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[T]he dinner party is a true proclamation of the abundance of being—a rebuke to the thrifty little idolatries by which we lose sight of the lavish hand that made us. It is precisely because no one needs soup, fish, meat, salad, cheese, and dessert at one meal that we so badly need to sit down to them from time to time. It was largesse that made us all; we were not created to fast forever. The unnecessary is the taproot of our being and the last key to the door of delight. Enter here, therefore, as a sovereign remedy for the narrowness of our minds and the stinginess of our souls, the formal dinner for six, eight or ten chosen guests, the true convivium—the long Session that brings us nearly home.

— Robert Farrar Capon, The Supper of the Lamb: A Culinary Reflection

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Joint attention is an actual experience that we have. By contrast, the attentional commons is best understood as a purely negative principle, by analogy with the “precautionary principle” invoked by environmentalists. The point of being aware of the attentional commons is not to make it happen but to refrain from damaging it; to be aware of the valuable absence that creates space for private reverie, and indeed for the possibility of those episodes of joint attention that arise spontaneously and make cities feel full of promise for real human contact.

What this boils down to: Please don’t install speakers in every single corner of a shopping mall, even its outdoor spaces. Please don’t fill up every moment between innings in a lazy college baseball game with thundering excitement. Please give me a way to turn off the monitor in the backseat of a taxi. Please let there be one corner of the bar where the flickering delivery system for Bud Lite commercials is deemed unnecessary, because I am already at the bar. The attentional commons is an idea that I hope will catch on among those who are in a position to make such sanctuaries happen: building managers, commercial real estate developers, and interior designers. Here is a modest proposal: Could the Muzak be made opt-in rather than opt-out? Once every twenty minutes, somebody in the room would have to deliberately hit a button to restart it, and thereby actively affirm “Yes! We want some emo in here!”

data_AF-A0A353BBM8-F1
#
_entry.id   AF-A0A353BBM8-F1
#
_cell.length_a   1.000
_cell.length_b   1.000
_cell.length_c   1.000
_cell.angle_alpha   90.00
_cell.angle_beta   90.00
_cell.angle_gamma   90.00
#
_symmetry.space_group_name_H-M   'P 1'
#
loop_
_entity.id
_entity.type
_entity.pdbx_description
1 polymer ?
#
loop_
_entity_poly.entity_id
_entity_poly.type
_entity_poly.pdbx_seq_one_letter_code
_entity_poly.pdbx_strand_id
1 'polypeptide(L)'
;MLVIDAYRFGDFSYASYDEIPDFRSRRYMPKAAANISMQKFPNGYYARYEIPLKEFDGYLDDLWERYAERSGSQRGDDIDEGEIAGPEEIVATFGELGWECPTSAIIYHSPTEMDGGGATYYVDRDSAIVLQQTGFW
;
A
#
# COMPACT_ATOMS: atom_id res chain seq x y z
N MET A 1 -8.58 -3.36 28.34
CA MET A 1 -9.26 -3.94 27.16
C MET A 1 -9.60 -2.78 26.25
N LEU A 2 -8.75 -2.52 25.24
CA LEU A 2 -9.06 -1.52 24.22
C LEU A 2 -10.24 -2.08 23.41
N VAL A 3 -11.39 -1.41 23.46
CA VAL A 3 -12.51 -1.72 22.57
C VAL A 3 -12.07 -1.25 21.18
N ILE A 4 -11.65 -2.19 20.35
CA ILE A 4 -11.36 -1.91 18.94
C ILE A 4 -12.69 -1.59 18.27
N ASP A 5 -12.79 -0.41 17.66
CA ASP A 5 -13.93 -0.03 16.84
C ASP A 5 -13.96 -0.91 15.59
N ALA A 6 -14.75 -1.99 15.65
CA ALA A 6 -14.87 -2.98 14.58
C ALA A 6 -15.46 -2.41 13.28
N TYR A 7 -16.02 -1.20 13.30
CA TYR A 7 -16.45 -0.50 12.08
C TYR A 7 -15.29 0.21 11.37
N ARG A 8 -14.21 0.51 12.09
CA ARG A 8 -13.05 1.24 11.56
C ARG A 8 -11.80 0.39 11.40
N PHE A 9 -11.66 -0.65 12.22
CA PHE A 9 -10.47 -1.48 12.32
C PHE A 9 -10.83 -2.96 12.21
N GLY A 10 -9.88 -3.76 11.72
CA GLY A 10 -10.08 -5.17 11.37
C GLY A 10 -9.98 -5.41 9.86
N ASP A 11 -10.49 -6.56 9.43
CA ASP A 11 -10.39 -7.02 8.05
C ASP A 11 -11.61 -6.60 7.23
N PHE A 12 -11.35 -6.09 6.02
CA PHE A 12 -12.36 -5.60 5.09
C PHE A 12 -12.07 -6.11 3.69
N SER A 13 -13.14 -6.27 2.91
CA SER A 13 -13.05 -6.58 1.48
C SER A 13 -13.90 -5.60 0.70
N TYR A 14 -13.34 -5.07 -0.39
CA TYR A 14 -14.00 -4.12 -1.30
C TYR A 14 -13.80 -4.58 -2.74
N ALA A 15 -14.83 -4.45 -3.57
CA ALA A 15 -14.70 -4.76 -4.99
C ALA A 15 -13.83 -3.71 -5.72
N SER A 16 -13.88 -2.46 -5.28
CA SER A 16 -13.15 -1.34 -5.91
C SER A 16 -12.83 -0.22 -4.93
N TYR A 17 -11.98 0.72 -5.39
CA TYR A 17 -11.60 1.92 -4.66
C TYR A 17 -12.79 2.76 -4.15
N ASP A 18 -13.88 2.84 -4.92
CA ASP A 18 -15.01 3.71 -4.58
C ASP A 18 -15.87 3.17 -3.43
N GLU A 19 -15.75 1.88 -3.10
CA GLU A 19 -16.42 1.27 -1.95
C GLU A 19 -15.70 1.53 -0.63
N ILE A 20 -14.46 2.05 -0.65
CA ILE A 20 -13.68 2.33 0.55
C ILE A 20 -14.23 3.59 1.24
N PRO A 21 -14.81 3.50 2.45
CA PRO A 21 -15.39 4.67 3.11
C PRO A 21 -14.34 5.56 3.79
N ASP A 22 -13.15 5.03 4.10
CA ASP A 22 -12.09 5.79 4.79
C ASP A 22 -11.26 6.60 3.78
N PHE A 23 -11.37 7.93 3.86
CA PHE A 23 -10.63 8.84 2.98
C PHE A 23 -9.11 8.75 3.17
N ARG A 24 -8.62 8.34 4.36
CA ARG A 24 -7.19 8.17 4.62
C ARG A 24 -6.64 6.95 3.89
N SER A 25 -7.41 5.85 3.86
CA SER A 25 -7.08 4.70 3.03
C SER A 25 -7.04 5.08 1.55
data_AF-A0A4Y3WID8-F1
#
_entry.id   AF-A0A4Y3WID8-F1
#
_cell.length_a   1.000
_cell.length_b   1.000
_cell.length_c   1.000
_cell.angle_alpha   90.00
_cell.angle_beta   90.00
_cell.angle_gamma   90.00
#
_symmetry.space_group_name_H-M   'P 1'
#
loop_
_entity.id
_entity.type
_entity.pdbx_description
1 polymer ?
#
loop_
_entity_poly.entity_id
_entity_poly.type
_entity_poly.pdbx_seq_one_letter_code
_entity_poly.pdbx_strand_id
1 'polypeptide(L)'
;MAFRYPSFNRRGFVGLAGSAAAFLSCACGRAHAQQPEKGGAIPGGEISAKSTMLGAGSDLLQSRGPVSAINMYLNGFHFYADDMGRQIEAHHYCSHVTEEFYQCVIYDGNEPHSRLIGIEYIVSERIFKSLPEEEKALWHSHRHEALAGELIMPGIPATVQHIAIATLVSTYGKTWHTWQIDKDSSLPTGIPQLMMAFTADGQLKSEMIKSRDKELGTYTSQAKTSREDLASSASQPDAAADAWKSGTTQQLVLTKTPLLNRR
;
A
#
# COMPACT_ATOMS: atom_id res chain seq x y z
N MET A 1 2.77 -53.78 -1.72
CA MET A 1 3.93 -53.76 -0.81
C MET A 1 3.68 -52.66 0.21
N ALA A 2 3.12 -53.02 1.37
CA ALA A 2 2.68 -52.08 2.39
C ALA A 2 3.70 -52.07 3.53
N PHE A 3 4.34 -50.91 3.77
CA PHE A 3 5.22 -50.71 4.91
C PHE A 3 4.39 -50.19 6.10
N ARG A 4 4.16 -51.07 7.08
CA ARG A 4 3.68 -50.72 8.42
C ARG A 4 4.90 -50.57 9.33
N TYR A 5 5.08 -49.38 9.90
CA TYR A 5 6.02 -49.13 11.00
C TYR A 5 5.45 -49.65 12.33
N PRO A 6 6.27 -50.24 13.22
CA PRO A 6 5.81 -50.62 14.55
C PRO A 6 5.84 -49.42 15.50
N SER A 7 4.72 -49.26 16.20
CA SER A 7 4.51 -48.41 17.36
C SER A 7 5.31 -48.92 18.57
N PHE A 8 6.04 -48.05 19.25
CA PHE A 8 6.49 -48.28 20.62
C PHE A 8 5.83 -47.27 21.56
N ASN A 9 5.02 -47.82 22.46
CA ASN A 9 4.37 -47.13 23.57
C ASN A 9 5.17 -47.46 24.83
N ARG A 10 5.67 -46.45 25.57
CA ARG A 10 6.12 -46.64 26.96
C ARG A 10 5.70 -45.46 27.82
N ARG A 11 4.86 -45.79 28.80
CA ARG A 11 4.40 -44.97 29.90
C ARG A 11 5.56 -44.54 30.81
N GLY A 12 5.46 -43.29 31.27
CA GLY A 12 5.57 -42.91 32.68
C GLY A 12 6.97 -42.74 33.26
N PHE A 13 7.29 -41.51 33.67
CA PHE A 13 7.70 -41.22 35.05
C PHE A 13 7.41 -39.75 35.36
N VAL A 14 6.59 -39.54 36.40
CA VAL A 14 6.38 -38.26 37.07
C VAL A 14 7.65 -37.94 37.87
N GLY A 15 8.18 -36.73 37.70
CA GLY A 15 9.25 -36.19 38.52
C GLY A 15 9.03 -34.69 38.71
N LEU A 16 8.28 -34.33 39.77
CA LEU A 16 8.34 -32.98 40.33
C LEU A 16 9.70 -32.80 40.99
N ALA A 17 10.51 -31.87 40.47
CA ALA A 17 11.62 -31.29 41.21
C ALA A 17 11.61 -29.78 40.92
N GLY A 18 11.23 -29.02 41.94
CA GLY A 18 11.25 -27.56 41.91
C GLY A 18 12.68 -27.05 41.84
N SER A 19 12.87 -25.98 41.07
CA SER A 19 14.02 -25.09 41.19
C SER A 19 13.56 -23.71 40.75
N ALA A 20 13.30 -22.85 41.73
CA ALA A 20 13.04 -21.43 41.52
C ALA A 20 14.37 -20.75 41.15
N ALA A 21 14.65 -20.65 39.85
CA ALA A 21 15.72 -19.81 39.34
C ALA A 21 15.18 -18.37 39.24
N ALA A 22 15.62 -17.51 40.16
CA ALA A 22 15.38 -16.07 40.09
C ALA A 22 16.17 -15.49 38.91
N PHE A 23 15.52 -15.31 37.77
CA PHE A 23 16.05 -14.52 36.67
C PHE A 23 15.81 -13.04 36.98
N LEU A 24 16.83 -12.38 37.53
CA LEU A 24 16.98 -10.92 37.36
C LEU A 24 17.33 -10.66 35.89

— Matthew Crawford, The World Beyond Your Head: On Becoming and Individual in an Age of Distraction

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Cheese is at once a testament to the Creator’s ingenuity in providing enzymes and bacteria that will do fearful and wonderful things for milk and to man’s audacity in the face of some pretty forbidding stuff. The blander varieties, of course, are hardly more alarming than milk itself; but the farther reaches of the subject put even brave men to the test. There are cow’s-milk cheeses which will convince you that someone has dragged a whole barnyard indoors, and goat’s milk cheeses which taste as if the goat sat in them. There is something grandly faithful to the real being of creation about strong cheese. Good Limburger (with onions and rye bread, by all means), noble Liederkranz (America’s greatest cheese), French Münster, ripe Reblochon, vile Livarot, and all the deceptively pretty, shockingly flavorsome goat cheeses recall man to the humbleness of his grandeur and the greatness of his low estate. The first man is of the earth, earthy. If I had only a single temporal blessing to wish you, I would not hesitate a moment: May you be spared long enough to know at least one long evening of old friends, dark bread, good wine, and strong cheese. If even exile be so full, what must not our fullness be?

— Robert Farrar Capon, The Supper of the Lamb: A Culinary Reflection